TORONTO (Reuters) - Canada’s retaliatory tariffs sent imports of some U.S. goods sharply lower in July after a June surge, Statistics Canada data showed on Wednesday, offering a first look at the impact of the Canadian duties.
On July 1, Canada imposed tariffs on a wide variety of U.S. steel, aluminum and other goods, from soy sauce to sleeping bags, in retaliation against U.S. President Donald Trump’s steel and aluminum tariffs.
The tariffs effectively shut down imports of U.S. maple syrup, which dropped 97 percent between June and July, to only C$112,881 ($85,567.77), the data showed.
Canada dominates the global maple syrup trade, but in recent years, with many Canadian producers bound by a quota system and demand growing, imports from Maine have increased.
Imports of steel goods subject to a 25 percent tariff dropped 39.6 percent to C$368.6 million between June and July, after rising 32.7 percent in June. Imports of aluminum products targeted with a 10 percent duty dipped 5.2 percent in July.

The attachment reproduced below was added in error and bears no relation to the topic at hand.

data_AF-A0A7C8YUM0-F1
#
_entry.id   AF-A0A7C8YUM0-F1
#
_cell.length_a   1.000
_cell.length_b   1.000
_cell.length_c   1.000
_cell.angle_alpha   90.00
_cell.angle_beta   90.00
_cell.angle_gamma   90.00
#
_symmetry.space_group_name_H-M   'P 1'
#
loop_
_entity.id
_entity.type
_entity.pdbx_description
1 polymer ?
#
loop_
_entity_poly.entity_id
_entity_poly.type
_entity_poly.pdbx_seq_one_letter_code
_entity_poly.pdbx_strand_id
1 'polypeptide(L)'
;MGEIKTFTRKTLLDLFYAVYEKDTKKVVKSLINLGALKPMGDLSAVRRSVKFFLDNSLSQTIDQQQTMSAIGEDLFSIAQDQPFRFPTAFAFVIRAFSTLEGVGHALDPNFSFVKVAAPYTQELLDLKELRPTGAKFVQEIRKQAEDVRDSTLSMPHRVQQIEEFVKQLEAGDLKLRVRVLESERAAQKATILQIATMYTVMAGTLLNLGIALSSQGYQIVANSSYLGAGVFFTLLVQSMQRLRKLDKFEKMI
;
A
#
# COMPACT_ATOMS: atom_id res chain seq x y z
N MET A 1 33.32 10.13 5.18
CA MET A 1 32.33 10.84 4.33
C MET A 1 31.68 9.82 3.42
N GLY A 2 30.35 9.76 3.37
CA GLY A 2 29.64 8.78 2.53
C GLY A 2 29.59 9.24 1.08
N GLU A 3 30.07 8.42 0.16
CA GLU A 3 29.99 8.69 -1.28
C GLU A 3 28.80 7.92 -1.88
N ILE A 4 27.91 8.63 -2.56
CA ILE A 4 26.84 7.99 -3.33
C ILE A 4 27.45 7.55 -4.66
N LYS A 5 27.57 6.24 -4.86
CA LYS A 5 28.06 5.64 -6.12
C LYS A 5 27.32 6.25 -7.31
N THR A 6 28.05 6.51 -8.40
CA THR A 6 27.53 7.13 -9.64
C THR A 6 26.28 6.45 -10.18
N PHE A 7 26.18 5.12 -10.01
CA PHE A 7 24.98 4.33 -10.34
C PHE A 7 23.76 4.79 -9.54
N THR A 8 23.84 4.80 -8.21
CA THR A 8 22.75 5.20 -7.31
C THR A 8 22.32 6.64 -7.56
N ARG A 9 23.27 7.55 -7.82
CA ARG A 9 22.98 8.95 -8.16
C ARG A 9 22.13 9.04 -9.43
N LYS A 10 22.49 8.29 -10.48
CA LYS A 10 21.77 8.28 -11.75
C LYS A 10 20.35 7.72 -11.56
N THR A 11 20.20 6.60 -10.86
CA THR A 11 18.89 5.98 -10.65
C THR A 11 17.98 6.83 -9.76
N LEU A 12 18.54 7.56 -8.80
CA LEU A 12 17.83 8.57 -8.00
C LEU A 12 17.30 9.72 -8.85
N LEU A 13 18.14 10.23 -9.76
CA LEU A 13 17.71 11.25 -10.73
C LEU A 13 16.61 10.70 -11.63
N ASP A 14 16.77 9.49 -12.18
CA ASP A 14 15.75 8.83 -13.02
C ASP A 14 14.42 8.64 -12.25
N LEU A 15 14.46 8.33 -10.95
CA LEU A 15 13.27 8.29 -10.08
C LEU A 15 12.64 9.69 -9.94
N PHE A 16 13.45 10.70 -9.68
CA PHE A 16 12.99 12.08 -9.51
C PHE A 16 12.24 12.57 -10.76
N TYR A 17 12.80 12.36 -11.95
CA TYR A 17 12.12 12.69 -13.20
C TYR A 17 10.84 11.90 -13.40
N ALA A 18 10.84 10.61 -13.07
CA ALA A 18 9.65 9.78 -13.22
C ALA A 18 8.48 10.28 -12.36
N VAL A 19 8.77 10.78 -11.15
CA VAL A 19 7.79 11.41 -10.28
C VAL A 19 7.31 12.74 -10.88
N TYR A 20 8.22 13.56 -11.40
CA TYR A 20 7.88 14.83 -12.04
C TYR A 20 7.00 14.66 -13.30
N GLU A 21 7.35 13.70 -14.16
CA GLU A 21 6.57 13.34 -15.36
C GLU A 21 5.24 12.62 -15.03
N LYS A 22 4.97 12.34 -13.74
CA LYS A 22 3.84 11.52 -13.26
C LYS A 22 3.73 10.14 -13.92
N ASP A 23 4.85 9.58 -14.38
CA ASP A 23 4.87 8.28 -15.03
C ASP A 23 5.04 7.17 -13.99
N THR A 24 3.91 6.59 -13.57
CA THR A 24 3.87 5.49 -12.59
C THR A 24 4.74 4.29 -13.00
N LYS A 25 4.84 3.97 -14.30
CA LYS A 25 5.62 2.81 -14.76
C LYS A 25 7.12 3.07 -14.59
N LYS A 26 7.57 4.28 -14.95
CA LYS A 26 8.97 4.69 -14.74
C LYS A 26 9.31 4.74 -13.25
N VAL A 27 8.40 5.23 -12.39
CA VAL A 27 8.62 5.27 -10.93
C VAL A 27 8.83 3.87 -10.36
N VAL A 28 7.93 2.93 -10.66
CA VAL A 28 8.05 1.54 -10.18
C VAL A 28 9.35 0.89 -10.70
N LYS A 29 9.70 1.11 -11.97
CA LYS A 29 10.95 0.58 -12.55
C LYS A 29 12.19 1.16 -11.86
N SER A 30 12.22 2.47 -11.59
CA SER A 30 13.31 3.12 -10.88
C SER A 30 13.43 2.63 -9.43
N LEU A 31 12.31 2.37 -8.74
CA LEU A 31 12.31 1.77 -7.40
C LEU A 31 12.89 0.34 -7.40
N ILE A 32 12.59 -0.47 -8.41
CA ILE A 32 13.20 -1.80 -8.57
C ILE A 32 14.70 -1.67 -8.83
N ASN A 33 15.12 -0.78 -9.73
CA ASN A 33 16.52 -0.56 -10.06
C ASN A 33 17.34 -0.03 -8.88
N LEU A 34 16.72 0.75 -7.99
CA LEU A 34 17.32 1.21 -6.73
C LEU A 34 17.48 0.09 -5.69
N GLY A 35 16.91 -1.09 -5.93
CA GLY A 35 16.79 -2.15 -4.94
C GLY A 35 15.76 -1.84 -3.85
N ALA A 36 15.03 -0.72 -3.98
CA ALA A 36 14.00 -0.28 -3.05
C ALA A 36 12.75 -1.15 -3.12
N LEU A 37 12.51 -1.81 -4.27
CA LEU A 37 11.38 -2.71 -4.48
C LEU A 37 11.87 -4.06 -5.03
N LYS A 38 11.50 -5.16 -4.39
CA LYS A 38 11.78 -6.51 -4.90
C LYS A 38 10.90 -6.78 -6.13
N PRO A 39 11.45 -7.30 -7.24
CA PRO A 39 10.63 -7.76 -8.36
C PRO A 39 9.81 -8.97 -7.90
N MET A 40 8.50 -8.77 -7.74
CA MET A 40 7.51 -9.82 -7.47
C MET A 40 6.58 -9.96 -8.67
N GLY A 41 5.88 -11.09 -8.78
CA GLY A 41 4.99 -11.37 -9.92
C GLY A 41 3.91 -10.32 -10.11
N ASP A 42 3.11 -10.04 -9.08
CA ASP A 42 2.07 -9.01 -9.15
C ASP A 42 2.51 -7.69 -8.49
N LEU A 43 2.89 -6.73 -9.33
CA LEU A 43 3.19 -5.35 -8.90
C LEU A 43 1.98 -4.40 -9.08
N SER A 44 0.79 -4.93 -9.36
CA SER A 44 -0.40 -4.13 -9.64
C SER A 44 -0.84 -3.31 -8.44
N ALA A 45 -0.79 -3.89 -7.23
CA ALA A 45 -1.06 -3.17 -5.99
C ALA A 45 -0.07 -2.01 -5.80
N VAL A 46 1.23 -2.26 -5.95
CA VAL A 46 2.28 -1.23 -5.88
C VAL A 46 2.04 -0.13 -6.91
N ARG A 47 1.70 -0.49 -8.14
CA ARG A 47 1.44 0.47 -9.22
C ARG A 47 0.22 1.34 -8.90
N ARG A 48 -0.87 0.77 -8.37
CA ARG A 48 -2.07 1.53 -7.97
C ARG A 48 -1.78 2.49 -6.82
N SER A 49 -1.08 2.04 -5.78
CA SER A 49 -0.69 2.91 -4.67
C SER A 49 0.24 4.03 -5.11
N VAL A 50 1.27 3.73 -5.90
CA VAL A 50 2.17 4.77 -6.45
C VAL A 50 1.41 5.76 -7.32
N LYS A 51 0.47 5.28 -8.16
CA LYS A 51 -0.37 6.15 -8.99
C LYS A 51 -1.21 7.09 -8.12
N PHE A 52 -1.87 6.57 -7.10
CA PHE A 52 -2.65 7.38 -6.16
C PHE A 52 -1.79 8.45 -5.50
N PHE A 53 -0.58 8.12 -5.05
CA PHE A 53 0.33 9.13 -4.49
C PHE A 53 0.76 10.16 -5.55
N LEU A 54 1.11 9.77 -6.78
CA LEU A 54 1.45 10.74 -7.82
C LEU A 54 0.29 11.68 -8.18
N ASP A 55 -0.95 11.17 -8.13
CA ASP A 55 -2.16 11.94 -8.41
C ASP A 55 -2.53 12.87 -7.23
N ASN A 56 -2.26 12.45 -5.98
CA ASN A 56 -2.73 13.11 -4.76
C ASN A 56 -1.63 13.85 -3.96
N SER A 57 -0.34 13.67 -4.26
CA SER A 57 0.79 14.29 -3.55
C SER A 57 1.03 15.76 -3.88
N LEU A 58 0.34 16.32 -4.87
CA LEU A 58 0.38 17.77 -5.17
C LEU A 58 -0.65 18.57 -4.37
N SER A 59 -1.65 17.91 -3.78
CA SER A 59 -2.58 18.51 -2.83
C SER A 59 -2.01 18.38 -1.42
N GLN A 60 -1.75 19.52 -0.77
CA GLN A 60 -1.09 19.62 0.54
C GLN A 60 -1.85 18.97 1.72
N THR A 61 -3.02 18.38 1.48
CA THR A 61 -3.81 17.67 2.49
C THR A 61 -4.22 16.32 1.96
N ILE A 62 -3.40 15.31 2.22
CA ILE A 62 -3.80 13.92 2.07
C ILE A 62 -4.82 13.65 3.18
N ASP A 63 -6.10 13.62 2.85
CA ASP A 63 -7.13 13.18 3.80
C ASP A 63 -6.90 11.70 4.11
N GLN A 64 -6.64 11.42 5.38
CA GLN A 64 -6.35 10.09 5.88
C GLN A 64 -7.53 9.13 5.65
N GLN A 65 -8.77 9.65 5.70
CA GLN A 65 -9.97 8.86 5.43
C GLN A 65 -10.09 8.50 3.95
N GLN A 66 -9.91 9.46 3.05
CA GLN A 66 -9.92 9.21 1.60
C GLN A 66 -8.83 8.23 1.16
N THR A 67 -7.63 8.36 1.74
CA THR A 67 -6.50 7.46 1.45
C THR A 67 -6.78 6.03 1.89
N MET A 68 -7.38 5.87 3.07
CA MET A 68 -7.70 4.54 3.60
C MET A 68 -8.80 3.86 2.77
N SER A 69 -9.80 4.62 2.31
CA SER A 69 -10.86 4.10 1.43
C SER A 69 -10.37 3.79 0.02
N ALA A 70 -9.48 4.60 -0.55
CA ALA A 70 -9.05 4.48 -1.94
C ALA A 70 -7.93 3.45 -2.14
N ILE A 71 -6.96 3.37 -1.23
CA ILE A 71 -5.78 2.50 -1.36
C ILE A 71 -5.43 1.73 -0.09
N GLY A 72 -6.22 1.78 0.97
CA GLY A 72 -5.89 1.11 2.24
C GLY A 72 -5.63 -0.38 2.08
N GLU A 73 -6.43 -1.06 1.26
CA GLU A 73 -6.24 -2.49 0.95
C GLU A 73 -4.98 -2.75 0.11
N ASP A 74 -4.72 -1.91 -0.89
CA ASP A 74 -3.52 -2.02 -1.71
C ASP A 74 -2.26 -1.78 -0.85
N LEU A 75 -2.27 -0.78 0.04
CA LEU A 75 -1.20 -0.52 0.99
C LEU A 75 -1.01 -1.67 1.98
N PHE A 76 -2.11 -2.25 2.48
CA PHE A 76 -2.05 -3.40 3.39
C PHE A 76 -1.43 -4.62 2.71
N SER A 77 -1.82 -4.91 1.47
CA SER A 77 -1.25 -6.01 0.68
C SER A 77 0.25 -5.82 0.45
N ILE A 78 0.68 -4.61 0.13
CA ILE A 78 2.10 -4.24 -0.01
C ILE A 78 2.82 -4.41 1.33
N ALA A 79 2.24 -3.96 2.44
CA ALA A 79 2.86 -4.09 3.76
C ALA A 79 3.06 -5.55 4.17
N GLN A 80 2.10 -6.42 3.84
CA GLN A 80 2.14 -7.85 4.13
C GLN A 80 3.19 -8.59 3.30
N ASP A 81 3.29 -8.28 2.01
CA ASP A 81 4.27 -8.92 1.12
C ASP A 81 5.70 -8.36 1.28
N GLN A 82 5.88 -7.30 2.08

Imports of all other targeted goods fell 22.8 percent to C$634.8 million in the month, after rising 14.0 percent in June.
Overall, the trade deficit narrowed to C$114 million ($87 million) from C$743 million in June, as exports rose 0.8 percent. It was the narrowest deficit since a surplus was posted in December 2016.
The rise in exports was led by energy products as crude oil exports climbed for a fifth straight month. Oil exports were helped by a 9.4 percent rise in prices.
In volume terms, exports fell 0.8 percent.
Imports slipped 0.4 percent, weighed by declines in aircraft and other transportation equipment and parts as well as metal ores and non-metallic minerals.
Exports to the United States rose 3.3 percent while imports dipped 0.1 percent. As a result, the trade surplus with the United States widened to C$5.3 billion from C$4.1 billion in June.
On a year-over-year basis, exports rose 16.3 percent and imports climbed 10.1 percent.
Reporting by Fergal Smith and Allison Martell in Toronto; Editing by Jeffrey Benkoe and Leslie Adler
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